All in all, a really wonderful read and I was delighted to see that the author just mentioned via social media that she had finished the second book in this series and all I can say is – “sign me up, I’m in “ and this time, there will be no forgetting how much I loved this book and how I am thoroughly anticipating the next one!

5 stars

I received a complimentary copy of this book from the publisher in exchange for an honest review.  All opinions expressed are my own.

Tuesday, September 2, 2014

Review on Captured by Love

Captured by love, Jody Hedlund’s latest offering was once again a well done, and seemless historical fiction novel that I have come to expect from her writing. I thought that this particular novel did a wonderful job with the historical element and the British occupation of Michilimackinac Island (what we know as Mackinac Isnalnd) in 1814. All of the true to life landmarks and situations that she wove into the story are explained in the back of the book and her “author’s notes” at the end are always my favorite part as I realize the artistry that Jody uses to bring her historical fiction a ring of truth. As a historical fiction reader, I truly enjoy that.

But onto the characters- the lovely Angelique with a hard past, an unfaithful mother whose decisions and choices always make her question if she is just like her mother? Her cruel step –father fosters these doubts as he makes sure she is clothed in such a way that no one pays her much mind – plain and everything buttoned up. She lives in constant fear that he will sell her off in marriage to the highest bidder as he had done with her sister. However, Angelique has given her pledge of marriage to a kind friend since childhood Jean, who has since left the Island to go and fight for the Americans. There’s just one problem, she has never really loved Jean in a romantic way, that was more reserved for his older brother Pierre who is a bit more of a rogue. Pierre is that “bad boy turning good” type of character who has been out on the fur trading circuit and lived a bit large. He is that cheeky sort and he is delightfully confident in himself , still falls a bit over his own pride, but a very loveable character overall. Having left the Island long ago to pursue his Fur trading, he is returning to check in on his mother and runs into Angelique. When he left her, she was a young girl, but returning home shows him that she was become a most beautiful grown up woman. Angelique attracts him not just for her beauty and red curls, but the fact that she has been taking care of his mother, who in his absence has gone blind and made things around his childhood farm difficult to keep up with.

There are many difficulties for Angelique and Pierre- Angelique’s pledge and duty to Jean, her love for staying on the Island and Pierre’s love for fur trading which would take him far away from Angelique and the Island. Many hurdles to jump over for this couple, make the story unique and interesting. They both in their own way learn to lay down their wants and desires and seek out God’s plan for their future. It was such an interesting contrast as one had to lay down selfishness and the other trying to do things out of duty- a fun story for sure. And as mentioned above- the historical aspect was interesting and played into the story seamlessly. This one is full of romance for sure so for those in for a great historical Christian fiction romance, I think you will really love it.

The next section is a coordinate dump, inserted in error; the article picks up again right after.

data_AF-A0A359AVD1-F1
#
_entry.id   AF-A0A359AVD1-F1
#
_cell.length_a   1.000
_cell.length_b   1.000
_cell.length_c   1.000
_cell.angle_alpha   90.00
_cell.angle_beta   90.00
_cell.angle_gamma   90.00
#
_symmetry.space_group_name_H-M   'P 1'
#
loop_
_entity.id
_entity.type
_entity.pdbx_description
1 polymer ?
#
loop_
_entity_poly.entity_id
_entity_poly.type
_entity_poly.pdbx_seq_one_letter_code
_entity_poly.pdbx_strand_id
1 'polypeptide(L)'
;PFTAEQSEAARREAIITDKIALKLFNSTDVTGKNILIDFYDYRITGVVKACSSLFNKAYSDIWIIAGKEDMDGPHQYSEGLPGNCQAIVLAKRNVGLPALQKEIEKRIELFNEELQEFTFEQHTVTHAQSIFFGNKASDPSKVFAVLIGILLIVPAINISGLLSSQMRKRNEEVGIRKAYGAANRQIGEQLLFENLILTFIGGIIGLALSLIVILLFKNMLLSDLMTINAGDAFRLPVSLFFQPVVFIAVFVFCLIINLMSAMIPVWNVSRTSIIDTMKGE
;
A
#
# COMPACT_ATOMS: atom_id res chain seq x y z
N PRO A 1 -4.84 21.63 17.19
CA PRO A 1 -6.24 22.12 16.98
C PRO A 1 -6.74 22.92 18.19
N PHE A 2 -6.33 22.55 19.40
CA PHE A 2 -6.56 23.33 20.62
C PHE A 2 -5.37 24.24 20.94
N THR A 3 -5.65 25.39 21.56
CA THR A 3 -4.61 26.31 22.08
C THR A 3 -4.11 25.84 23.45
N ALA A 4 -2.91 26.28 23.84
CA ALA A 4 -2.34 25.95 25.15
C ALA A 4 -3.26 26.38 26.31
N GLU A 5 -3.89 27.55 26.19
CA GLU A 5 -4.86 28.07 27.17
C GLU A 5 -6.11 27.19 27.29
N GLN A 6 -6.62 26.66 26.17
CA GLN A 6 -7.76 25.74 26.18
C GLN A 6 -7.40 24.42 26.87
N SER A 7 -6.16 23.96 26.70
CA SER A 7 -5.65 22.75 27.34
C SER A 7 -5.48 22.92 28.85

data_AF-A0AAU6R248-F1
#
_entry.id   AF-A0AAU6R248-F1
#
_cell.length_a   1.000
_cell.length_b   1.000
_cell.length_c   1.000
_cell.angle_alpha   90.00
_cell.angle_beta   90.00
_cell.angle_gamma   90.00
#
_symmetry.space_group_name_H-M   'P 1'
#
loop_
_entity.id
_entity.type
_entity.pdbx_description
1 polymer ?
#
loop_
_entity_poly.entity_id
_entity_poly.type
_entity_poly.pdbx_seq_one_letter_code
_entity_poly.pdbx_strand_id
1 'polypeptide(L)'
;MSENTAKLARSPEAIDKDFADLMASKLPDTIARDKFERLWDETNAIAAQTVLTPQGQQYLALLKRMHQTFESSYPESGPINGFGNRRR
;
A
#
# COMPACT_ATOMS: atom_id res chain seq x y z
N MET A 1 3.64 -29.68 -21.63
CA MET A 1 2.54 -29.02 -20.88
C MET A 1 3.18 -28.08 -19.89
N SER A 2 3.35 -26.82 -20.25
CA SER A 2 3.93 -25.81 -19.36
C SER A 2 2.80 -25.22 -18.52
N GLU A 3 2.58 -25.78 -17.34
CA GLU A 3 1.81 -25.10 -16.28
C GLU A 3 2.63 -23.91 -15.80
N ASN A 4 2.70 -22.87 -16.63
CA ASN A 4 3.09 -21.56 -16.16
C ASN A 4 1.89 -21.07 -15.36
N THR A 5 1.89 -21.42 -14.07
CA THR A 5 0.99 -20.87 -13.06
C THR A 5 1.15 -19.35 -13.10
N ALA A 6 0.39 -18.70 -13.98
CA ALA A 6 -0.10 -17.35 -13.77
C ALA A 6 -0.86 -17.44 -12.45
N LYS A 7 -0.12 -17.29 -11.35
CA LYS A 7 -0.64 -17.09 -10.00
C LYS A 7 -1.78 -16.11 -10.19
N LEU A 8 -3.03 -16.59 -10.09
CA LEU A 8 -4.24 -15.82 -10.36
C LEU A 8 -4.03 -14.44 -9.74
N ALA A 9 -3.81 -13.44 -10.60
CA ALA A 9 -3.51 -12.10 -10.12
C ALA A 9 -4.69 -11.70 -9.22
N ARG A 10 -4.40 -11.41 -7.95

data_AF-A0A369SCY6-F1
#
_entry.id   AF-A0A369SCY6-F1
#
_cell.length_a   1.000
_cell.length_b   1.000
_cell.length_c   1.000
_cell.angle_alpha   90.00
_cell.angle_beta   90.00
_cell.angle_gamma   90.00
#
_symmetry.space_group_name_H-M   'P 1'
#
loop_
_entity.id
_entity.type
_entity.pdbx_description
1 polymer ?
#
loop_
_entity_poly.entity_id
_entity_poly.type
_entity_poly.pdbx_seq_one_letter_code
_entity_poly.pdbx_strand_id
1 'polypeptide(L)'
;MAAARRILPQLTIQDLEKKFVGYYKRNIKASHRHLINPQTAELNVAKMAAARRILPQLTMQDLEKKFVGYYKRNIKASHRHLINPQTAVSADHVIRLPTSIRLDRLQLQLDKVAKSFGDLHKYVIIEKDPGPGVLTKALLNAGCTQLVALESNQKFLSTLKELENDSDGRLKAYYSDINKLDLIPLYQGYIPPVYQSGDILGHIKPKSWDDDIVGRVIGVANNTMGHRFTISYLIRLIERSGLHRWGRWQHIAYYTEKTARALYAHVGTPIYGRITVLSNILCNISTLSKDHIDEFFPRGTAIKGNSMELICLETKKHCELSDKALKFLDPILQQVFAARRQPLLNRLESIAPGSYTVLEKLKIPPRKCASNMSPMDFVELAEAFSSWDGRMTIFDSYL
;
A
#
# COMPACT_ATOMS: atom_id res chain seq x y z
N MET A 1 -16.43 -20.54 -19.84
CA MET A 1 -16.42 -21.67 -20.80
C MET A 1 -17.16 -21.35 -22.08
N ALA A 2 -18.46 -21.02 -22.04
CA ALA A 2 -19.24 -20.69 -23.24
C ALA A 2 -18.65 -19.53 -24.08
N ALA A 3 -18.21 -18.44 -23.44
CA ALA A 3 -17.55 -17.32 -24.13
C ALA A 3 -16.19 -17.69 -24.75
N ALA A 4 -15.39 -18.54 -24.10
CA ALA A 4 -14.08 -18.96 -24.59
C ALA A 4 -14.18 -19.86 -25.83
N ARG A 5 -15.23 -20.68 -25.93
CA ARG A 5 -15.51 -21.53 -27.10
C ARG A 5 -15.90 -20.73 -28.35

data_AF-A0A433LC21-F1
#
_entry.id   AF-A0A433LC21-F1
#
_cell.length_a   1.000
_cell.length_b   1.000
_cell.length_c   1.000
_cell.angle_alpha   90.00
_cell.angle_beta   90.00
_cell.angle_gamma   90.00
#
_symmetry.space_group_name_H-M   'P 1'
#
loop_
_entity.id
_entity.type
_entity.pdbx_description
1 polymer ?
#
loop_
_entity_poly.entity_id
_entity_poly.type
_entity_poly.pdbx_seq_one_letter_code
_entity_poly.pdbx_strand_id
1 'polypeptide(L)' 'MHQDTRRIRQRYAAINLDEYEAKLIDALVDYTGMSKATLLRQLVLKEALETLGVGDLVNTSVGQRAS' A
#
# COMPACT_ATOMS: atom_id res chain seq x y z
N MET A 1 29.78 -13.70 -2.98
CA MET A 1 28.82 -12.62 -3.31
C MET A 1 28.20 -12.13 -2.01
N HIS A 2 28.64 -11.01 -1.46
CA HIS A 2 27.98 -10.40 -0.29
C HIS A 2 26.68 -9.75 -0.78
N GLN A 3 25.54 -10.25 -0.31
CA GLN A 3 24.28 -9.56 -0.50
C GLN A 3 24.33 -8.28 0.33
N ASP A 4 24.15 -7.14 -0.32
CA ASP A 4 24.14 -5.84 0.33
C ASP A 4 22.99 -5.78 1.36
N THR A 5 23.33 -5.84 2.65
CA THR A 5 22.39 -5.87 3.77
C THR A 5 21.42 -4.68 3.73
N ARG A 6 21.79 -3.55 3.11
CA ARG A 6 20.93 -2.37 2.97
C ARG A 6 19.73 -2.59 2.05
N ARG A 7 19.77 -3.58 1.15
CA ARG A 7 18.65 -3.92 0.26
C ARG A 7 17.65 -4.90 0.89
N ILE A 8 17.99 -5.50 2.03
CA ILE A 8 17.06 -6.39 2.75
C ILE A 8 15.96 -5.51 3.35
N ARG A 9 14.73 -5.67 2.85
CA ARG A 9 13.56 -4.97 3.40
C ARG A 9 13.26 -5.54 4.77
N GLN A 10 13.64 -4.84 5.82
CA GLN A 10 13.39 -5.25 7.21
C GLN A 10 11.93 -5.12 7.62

4 stars

This book was given to me by the publishers in exchange for an honest review. All opinions expressed are my own.

Saturday, August 30, 2014

Review on Prelude for a Lord by Camille Elliot


Admittedly, I am a fan of “all things Jane”- Jane Austen, Jane Eyre and yes ,even Jane Erstwhile from Austenland. And so to see another wonderful “Regency era” novel called Prelude for a Lord by Camille Elliot, arrive on the scene , well let’s just say it very much pleases my Austen-like sensibilities. 

We meet 28 year old Alethea Sutherton, our heroine and a virtual spinster in this time frame, as she is unmarried and absolutely not wishing to be, which of course makes her an unconventional character from the get-go. Instead Alethea’s dreams are to be a master at the violin and move to Italy where she might study under true masters without ridicule. The violin of course was not seen as an instrument fit for women to play as it was considered unladylike, because an elbow might be seen and that in Regency England is a bit scandalous. Enter in Lord Dommick and his quartet who is down one player due to the war, , also a violin player and of the opinion that women should not be playing the violin…until he actually hears Alethea play. And even, Lord Dommick or “Bay” as his friends call him can see the depth of her talent. One element that adds to her playing is the unique and beautiful sound of her violin. It turns out that there is a mystery surrounding this violin as someone wants to steal it and works very hard to do so. As this puts Alethea and her family in harms way, Bay steps in to help protect her and a relationship starts to form. 

There are many things to this story that I really enjoyed, obviously the conflict of the two main characters and the things they have to do to overcome to even begin a relationship. Bay is a man that is working so hard to hide secrets as he struggles with some post traumatic stress from his time in the war and fights to keep control in all situations. Because of times where he couldn’t, a former fiancĂ© dubbed him the “Mad Baron” and he has been fighting that stigma and trying to do everything he could to right his family’s standing in society especially for his sister’s sake so that she would have a chance to marry well. Alethea on the other hand has all but given up caring what those around her think of her and only wants to escape to Italy where she can pursue her musical dreams. And so Bay ,who thinks he will never marry because of his secrets and Alethea .who has no idea of ever marrying and is only biding her time until she can leave for Italy , somewhow make an unlikely couple.